power take off winch on a hj47

Submitted: Wednesday, Feb 12, 2003 at 22:44
ThreadID: 3350 Views:2824 Replies:5 FollowUps:2
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Hello all,

I was wondreing if anyone out there could help me with some information about replacing a Thomas power take off winch shear pin?

I just recently bought the above mentioned vehicle and in my excitement filled haste, forgot to release the handbrake while experimenting with the winch. Ahh the things we do! Lucky it was in the comfort of my driveway and not some boghole in the middle of, well anywhere because I have yet to find a replacement pin.

I looked it up in my original Toyota manual but the winch described in that is of a different design. My winch must be after market.

Any info would be greatly appreciated.


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Reply By: Tony - Thursday, Feb 13, 2003 at 07:59

Thursday, Feb 13, 2003 at 07:59
Yes it is after market. The shear pin is located just behind the gear box, you will need a pin punch to nock the old one out (leave it in the glove box, punch that is) as for replacements I found a cotter pin was the best to use, available at most nut and bolt places.

Match up the size with the old one, and get a couple of spares.

AnswerID: 13009

Reply By: Member - Mal - Thursday, Feb 13, 2003 at 13:34

Thursday, Feb 13, 2003 at 13:34
Thomas winches are in Brisbane at Coin St Marooka Telephone (07) 38751568. They are really helpful people and make a great Aussie made product.
Mal T.
AnswerID: 13034

Reply By: desert - Thursday, Feb 13, 2003 at 13:34

Thursday, Feb 13, 2003 at 13:34
Jim, the shear pin is of a particular shear-off value that will shear off before any overload occurs to the winch and drive line. These are available from Landcruiser Field services in Moe, Victoria, about a dollar each. Two sizes are available depending on the model year. I find that it is easier to loosen off a saddle bearing mount to access the pin which is located through the body of the first cardan joint near the winch end. The copper-coated pin is knocked through with a pin punch. Aligning the holes for the new pin is the tricky part. Later pins have tiny spit pins at each end to allow easier fitment. Breaking the pin is a warning that all is not right with your tackle set up. You need to consider another snatch block or two, to lessen the load and increase the mechanicl advantage in your favour. In the army, two pins and you were out!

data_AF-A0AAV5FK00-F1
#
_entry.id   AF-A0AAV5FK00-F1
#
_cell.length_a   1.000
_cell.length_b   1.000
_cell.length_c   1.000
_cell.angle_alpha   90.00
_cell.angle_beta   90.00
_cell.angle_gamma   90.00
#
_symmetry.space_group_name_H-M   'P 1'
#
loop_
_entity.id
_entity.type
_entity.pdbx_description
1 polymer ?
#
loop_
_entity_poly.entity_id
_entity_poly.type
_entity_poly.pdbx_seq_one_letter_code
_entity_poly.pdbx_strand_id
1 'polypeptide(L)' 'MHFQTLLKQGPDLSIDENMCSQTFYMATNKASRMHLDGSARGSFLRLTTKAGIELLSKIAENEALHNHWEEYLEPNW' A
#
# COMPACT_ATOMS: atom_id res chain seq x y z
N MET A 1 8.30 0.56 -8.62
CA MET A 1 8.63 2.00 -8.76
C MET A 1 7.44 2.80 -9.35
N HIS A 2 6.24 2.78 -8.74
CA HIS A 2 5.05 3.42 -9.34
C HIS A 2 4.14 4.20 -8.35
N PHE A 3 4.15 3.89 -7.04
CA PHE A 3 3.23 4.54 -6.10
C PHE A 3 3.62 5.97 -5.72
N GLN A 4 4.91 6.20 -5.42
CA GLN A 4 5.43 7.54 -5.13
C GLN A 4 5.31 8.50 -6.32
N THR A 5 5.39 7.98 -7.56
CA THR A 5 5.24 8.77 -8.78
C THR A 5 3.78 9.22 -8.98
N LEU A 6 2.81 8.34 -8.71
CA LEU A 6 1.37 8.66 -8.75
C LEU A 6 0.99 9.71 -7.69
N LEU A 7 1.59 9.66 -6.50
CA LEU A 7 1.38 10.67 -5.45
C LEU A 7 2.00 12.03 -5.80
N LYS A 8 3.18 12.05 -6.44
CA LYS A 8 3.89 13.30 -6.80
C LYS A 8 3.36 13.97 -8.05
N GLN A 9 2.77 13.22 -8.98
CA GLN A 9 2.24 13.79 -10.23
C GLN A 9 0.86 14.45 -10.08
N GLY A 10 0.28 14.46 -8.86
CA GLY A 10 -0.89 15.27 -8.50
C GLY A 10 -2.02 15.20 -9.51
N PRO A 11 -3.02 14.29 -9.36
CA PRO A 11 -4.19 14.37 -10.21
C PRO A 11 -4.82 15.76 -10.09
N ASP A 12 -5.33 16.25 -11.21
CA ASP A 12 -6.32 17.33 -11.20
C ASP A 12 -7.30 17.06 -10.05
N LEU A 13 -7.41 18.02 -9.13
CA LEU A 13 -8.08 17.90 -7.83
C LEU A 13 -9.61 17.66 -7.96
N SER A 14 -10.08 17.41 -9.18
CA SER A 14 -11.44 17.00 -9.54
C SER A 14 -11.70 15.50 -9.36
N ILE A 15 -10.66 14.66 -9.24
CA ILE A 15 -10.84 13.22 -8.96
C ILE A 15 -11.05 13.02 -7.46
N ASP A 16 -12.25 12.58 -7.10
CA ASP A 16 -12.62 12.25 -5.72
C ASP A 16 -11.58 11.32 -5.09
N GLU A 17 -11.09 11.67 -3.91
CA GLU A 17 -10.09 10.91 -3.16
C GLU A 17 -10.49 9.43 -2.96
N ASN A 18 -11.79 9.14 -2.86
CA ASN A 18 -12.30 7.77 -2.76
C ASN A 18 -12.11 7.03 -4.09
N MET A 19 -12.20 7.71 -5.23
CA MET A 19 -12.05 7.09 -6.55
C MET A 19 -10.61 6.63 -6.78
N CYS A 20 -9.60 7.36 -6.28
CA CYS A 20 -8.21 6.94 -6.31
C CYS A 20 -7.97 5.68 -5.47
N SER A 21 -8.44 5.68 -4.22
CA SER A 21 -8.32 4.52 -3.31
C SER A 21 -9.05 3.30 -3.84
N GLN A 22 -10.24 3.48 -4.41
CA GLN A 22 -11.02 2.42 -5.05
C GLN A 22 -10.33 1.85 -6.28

AnswerID: 13035

Follow Up By: Jim - Thursday, Feb 13, 2003 at 15:06

Thursday, Feb 13, 2003 at 15:06
I thank you all for your responses and I have a question for desert.

Can you please describe for me what a cardan joint is?

Is it that chain wrapped disc mounted on the winch drive shaft just behind the winch itself?
FollowupID: 7633

Reply By: desert - Friday, Feb 14, 2003 at 09:34

Friday, Feb 14, 2003 at 09:34
Jim, disregard the comment I made re cardan joint. As you stated you had the "chain wrapped" coupling, that is where the shear pin is located; on the vehicle side of that "chain coupling". I just had a scratch about in the shed and found one with the pin still inserted. But, as I said, you may need to disconnect another bearing saddle back along the drive shafts, so that the shafts will droop more. This will allow you to slide the shaft out of the chain coupling, which will reveal the broken shear pin pieces. Tap them out, install the new pin and remount the bearing saddle and you are done.In future you can "witness mark" the coupling and the shaft so that you know when the holes are aligned to allow you to drive the broken pin through, without having to go to the bother of all of the above.
AnswerID: 13092

Follow Up By: Jim - Friday, Feb 14, 2003 at 21:11

Friday, Feb 14, 2003 at 21:11
Hi desert,

Thanks for your consise explanation.

Now all I have to do is ring the telephone number that Mal gave and find the parts distributor for Thomas winches in Adelaide.

Thank you all once again.
FollowupID: 7683

Reply By: rayhart - Monday, Mar 03, 2003 at 00:00

Monday, Mar 03, 2003 at 00:00
Hi Jim, the distributor on Melb for these parts is powauto I think it is the sam ein Adelaide. DO NOT replace this part with a cotter pin, I had a rusted up pin and ended up stretching hte chassis 2 inches and busted the main winch shaft. cost 200 buck Oh well, keep the shear pins greased now!!!!
AnswerID: 14333

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